The Best Buy in Costa Rica

A lone surfer, board under arm, races into the oncoming surf. His dog follows, biting surf before retreating to the sand, waiting loyally. My guide turns to me: “About here is where it starts to look like Tahiti.”

I haven’t been to Tahiti so I don’t know if that’s accurate. I do know that the coast and terrain has undergone a dramatic transformation as we have travelled south.

The jungle canopy is an intense and lush green…rolls right down to wide sandy beaches…like a tropical duvet for the hills that rise steeply and dramatically from the other side of the road we have been driving on. It’s stunning.

We have pulled in off the coastal highway to one of the beaches (they are all public) that are tucked between forested headlands. Everything is quiet save for a ceviche vendor’s rustling as he sets up shop for the day.

His menu reads: Fish ceviche, shrimp ceviche and mixed ceviche. Prices are set at: $1.50, $1.80 and $2 respectively. This is where locals and traffic passing through will stop for lunch or a snack…their fast food. There is no development on the beach. Development hasn’t come here. When it does, this coast will stay protected.

That’s good…because second-home owners and retirees are set to come in their thousands.

As we set off again pointing south on a smooth new highway, my guide reminds me how difficult this place was to get to. Inaccessible, in fact, at certain times of the year. But now, in early December I’m driving on a smooth highway weeks after the wettest rainy season in living memory passed.

This new coastal highway opened last year cutting the drive time from Costa Rica’s capital San Jose from eight hours (maybe more depending on the time of year) to just over three. It feels like we are in a different world, but Manuel Antonio’s high-end hotels and million-dollar condos are now only an hour up the new road.

This is a text book “Path of Progress” play. This is a beautiful place where prices stayed low because it was difficult to get to. Now it’s easily accessible by road.

President Laura Chinchilla was in the area last October, lending her support to the new airport. The President toured the region and attended several meetings, emphasizing the importance of support for the tourism industry and the airport wherever she went.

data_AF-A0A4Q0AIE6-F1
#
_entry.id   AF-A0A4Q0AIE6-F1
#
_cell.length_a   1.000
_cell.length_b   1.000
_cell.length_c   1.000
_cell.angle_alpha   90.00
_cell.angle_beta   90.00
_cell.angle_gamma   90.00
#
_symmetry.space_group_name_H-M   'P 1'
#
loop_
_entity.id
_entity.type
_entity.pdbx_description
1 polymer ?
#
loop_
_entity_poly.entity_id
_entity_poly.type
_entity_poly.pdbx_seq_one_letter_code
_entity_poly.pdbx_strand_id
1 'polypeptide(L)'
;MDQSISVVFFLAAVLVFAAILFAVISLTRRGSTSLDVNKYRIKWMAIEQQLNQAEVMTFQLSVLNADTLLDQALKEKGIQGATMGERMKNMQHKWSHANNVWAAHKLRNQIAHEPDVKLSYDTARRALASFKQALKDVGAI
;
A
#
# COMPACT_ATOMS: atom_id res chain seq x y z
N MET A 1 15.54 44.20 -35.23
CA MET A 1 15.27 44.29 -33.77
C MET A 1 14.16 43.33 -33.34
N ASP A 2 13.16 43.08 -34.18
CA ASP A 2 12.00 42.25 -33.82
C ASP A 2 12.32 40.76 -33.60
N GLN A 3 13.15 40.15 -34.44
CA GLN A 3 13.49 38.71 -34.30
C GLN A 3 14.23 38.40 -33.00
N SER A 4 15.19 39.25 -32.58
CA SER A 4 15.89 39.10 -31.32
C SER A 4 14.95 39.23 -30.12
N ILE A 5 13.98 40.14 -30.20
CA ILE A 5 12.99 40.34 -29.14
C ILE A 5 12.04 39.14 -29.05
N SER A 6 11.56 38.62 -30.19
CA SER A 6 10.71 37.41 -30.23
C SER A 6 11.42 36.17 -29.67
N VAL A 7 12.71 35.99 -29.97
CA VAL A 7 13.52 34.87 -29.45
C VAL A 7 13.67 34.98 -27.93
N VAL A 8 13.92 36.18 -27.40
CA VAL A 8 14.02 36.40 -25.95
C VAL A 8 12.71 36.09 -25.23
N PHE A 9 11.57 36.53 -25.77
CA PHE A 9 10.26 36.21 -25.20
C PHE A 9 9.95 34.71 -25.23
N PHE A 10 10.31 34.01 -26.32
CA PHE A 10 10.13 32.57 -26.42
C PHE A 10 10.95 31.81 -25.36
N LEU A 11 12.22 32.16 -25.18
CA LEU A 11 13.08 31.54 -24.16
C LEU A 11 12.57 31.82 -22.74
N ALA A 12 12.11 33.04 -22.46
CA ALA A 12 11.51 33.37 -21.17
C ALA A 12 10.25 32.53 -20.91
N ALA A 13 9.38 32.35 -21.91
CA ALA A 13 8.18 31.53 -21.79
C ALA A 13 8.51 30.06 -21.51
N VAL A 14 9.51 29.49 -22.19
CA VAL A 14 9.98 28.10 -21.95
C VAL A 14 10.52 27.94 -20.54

Her commitment to the Southern Zone is more than populist rhetoric. Friends in other parts of Costa Rica were annoyed as they saw heavy machinery moved from their area to the Southern Zone to repair infrastructure after parts saw 100 inches of rain in 10 days. She’s putting her country’s money and heavy machinery where her mouth is, following through on her predecessor’s commitments. Eco tourism in the Southern Zone will be a big engine for growth in Costa Rica. Tourism is Costa Rica’s biggest earner. So, this is a very big deal for the country.

It’s a big deal for us because we can still buy ocean view lots here for one sixth…or maybe less…of what you would pay up north. It’s nicer here…and it will stay this way. What’s likely to change is the price tag.

Editor’s note: Ronan McMahon is the Executive Director of Pathfinder (International Living’s preferred real estate advertising partner), which focuses on opportunity for gains in strategic pockets around the world-before most folks have even heard of them. He writes for Pathfinder’s real estate investment service, the Real Estate Trend Alert. Ronan recently revealed the best buy in this region to Real Estate Trend Alert members—that alert is instantly available to all new members through the RETA online archive. To learn more about Real Estate Trend Alert, this video from Ronan explains everything.

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